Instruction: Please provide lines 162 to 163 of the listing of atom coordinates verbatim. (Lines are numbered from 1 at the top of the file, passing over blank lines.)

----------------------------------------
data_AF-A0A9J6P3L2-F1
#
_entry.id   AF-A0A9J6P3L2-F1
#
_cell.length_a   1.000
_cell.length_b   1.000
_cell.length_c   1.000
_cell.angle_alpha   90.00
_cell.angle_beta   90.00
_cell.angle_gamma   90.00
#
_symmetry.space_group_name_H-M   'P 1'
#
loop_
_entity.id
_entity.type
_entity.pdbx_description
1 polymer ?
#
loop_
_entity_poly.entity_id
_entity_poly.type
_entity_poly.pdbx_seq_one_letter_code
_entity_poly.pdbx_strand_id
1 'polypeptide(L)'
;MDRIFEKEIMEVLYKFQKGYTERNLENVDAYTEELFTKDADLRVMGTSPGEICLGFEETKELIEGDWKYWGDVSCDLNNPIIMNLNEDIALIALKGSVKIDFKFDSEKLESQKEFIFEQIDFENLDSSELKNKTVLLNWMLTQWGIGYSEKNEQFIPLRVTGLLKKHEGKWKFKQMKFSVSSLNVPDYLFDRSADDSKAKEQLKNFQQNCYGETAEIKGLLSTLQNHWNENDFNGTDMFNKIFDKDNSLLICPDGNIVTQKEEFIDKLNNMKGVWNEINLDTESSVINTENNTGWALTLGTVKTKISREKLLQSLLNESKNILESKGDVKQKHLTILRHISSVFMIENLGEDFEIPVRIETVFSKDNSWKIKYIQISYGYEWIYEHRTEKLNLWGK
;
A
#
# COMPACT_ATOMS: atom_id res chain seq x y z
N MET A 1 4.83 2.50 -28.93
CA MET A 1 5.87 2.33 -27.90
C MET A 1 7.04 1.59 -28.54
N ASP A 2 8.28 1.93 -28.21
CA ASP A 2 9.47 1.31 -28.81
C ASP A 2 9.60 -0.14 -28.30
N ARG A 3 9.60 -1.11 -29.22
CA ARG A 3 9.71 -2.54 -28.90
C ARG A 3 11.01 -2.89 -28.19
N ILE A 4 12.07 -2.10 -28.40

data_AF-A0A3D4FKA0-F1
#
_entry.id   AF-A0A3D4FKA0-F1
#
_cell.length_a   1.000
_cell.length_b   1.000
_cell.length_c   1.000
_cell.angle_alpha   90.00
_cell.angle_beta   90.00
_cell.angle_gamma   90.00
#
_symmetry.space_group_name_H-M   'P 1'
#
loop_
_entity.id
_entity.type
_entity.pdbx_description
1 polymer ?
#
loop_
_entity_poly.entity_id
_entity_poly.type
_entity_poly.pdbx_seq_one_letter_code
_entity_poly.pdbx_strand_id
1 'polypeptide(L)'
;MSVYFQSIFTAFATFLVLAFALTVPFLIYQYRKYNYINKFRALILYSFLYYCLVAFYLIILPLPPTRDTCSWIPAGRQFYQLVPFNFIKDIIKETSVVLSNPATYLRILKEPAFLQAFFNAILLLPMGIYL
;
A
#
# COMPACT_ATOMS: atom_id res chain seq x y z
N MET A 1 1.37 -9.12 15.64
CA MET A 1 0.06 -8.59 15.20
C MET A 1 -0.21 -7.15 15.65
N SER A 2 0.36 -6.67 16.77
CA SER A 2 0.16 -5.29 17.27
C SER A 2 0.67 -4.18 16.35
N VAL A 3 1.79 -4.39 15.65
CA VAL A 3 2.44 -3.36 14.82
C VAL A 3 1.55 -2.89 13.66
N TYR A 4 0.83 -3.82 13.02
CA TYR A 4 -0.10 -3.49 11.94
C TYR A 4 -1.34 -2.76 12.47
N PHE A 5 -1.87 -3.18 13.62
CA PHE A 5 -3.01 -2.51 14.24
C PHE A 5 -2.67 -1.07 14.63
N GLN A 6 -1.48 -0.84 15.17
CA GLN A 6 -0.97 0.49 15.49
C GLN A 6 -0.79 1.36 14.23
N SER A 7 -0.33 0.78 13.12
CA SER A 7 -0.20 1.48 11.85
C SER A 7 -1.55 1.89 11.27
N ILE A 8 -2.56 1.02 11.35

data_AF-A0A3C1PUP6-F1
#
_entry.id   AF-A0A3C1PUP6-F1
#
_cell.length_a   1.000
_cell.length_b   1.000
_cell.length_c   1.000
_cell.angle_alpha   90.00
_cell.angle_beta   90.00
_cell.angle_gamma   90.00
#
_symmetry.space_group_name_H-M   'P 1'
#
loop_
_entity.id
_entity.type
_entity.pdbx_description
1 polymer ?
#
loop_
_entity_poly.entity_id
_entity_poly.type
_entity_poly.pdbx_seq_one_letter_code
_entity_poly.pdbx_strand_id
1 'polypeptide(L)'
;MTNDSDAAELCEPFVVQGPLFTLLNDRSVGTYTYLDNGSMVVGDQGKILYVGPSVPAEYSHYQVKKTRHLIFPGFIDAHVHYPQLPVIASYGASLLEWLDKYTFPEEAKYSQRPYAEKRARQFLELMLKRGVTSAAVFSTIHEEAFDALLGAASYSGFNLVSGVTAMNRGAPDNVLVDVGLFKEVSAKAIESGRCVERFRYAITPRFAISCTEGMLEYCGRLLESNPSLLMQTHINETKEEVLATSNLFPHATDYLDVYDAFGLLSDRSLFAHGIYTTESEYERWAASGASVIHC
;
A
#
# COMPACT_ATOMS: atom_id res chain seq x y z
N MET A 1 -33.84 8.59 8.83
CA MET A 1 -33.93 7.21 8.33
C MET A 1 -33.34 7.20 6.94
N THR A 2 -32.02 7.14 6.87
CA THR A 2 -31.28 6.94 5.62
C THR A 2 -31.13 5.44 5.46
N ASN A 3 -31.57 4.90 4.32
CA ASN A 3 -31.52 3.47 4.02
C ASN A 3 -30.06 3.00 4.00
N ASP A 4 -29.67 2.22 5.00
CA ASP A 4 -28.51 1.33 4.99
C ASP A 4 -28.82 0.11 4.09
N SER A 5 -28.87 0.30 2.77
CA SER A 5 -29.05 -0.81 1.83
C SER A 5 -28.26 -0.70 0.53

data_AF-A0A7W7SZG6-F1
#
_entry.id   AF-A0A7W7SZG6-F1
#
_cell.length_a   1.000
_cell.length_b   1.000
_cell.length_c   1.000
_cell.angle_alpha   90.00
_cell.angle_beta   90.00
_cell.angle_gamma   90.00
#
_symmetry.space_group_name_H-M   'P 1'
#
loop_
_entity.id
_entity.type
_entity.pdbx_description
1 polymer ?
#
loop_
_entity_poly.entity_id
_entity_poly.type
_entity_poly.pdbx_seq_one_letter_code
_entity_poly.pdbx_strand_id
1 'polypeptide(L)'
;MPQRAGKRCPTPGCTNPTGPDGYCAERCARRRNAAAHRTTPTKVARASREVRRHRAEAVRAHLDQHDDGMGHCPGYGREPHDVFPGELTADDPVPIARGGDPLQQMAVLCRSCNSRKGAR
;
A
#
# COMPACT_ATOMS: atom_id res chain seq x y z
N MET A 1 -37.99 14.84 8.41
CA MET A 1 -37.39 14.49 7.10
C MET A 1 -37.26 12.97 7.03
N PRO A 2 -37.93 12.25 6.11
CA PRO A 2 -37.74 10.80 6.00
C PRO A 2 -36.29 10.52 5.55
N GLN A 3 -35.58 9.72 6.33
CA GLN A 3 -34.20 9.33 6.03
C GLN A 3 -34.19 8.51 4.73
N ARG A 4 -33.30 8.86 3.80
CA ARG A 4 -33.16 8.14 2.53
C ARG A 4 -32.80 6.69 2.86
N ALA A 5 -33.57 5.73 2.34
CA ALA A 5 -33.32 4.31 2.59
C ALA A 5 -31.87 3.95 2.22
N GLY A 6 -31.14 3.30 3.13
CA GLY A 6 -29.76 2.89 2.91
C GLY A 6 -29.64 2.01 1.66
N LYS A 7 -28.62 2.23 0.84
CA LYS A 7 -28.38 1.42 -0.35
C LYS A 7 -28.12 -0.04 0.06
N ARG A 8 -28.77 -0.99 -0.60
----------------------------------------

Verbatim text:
1 'polypeptide(L)'
;MPQRAGKRCPTPGCTNPTGPDGYCAERCARRRNAAAHRTTPTKVARASREVRRHRAEAVRAHLDQHDDGMGHCPGYGREPHDVFPGELTADDPVPIARGGDPLQQMAVLCRSCNSRKGAR